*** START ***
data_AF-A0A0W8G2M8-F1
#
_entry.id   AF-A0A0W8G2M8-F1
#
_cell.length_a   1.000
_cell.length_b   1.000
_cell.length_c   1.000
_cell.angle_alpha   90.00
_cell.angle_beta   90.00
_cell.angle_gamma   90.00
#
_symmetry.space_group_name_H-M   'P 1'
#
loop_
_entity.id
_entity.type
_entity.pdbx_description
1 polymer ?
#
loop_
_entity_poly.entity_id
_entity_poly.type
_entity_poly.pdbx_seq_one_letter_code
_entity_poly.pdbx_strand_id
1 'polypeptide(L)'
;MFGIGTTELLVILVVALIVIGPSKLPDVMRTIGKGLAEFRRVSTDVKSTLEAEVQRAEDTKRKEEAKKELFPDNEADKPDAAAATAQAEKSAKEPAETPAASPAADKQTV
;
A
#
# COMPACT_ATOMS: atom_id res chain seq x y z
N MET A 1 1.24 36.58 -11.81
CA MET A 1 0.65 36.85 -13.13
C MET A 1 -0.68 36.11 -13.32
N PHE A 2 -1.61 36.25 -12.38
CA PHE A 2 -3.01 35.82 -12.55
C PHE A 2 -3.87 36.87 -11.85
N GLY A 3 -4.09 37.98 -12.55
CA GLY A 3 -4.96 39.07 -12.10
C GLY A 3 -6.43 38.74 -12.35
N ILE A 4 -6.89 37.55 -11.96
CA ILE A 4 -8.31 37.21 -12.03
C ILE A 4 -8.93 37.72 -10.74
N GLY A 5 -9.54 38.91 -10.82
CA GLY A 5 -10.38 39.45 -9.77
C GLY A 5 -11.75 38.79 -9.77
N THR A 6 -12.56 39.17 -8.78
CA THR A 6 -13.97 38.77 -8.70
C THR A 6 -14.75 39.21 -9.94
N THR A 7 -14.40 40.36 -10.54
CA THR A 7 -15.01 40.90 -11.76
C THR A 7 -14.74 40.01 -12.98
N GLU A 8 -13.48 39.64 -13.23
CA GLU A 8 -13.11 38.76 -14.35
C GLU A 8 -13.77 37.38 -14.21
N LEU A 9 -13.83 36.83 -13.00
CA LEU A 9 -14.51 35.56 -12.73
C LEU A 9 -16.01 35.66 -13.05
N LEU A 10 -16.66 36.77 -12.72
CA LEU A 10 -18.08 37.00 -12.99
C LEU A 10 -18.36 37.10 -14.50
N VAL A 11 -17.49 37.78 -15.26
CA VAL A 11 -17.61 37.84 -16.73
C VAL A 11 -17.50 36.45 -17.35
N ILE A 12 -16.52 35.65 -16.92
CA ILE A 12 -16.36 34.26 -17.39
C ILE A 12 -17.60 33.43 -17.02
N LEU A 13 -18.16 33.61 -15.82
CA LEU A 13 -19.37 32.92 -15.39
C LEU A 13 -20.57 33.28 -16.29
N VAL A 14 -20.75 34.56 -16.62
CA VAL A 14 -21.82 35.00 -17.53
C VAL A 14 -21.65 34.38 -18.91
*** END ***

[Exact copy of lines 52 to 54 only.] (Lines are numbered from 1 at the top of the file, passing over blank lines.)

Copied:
N GLU A 8 -13.48 39.64 -13.23
CA GLU A 8 -13.11 38.76 -14.35
C GLU A 8 -13.77 37.38 -14.21